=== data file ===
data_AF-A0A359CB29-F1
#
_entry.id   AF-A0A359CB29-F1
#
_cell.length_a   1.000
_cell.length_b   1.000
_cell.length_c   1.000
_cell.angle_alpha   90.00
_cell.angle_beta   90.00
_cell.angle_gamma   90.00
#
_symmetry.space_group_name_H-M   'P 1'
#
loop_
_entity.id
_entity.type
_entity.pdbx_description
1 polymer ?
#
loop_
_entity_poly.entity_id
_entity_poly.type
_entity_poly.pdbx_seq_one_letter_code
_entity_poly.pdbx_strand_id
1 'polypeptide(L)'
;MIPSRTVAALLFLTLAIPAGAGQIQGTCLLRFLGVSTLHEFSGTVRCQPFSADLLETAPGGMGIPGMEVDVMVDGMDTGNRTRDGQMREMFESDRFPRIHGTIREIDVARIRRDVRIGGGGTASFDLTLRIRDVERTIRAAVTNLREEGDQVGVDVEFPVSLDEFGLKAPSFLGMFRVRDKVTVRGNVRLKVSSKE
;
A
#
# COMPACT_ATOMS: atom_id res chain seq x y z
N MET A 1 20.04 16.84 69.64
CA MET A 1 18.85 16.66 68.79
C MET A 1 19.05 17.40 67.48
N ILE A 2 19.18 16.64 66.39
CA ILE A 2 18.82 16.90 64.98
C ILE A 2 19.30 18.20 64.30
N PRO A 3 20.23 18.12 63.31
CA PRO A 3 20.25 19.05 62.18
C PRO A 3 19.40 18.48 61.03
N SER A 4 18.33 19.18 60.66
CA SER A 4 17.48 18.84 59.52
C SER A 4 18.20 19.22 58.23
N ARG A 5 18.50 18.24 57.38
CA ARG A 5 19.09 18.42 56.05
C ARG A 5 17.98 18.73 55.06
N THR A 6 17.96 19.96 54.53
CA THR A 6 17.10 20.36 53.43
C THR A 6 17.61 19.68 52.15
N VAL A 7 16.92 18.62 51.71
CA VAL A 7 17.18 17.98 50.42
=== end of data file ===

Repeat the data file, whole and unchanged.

data_AF-A0A359CB29-F1
#
_entry.id   AF-A0A359CB29-F1
#
_cell.length_a   1.000
_cell.length_b   1.000
_cell.length_c   1.000
_cell.angle_alpha   90.00
_cell.angle_beta   90.00
_cell.angle_gamma   90.00
#
_symmetry.space_group_name_H-M   'P 1'
#
loop_
_entity.id
_entity.type
_entity.pdbx_description
1 polymer ?
#
loop_
_entity_poly.entity_id
_entity_poly.type
_entity_poly.pdbx_seq_one_letter_code
_entity_poly.pdbx_strand_id
1 'polypeptide(L)'
;MIPSRTVAALLFLTLAIPAGAGQIQGTCLLRFLGVSTLHEFSGTVRCQPFSADLLETAPGGMGIPGMEVDVMVDGMDTGNRTRDGQMREMFESDRFPRIHGTIREIDVARIRRDVRIGGGGTASFDLTLRIRDVERTIRAAVTNLREEGDQVGVDVEFPVSLDEFGLKAPSFLGMFRVRDKVTVRGNVRLKVSSKE
;
A
#
# COMPACT_ATOMS: atom_id res chain seq x y z
N MET A 1 20.04 16.84 69.64
CA MET A 1 18.85 16.66 68.79
C MET A 1 19.05 17.40 67.48
N ILE A 2 19.18 16.64 66.39
CA ILE A 2 18.82 16.90 64.98
C ILE A 2 19.30 18.20 64.30
N PRO A 3 20.23 18.12 63.31
CA PRO A 3 20.25 19.05 62.18
C PRO A 3 19.40 18.48 61.03
N SER A 4 18.33 19.18 60.66
CA SER A 4 17.48 18.84 59.52
C SER A 4 18.20 19.22 58.23
N ARG A 5 18.50 18.24 57.38
CA ARG A 5 19.09 18.42 56.05
C ARG A 5 17.98 18.73 55.06
N THR A 6 17.96 19.96 54.53
CA THR A 6 17.10 20.36 53.43
C THR A 6 17.61 19.68 52.15
N VAL A 7 16.92 18.62 51.71
CA VAL A 7 17.18 17.98 50.42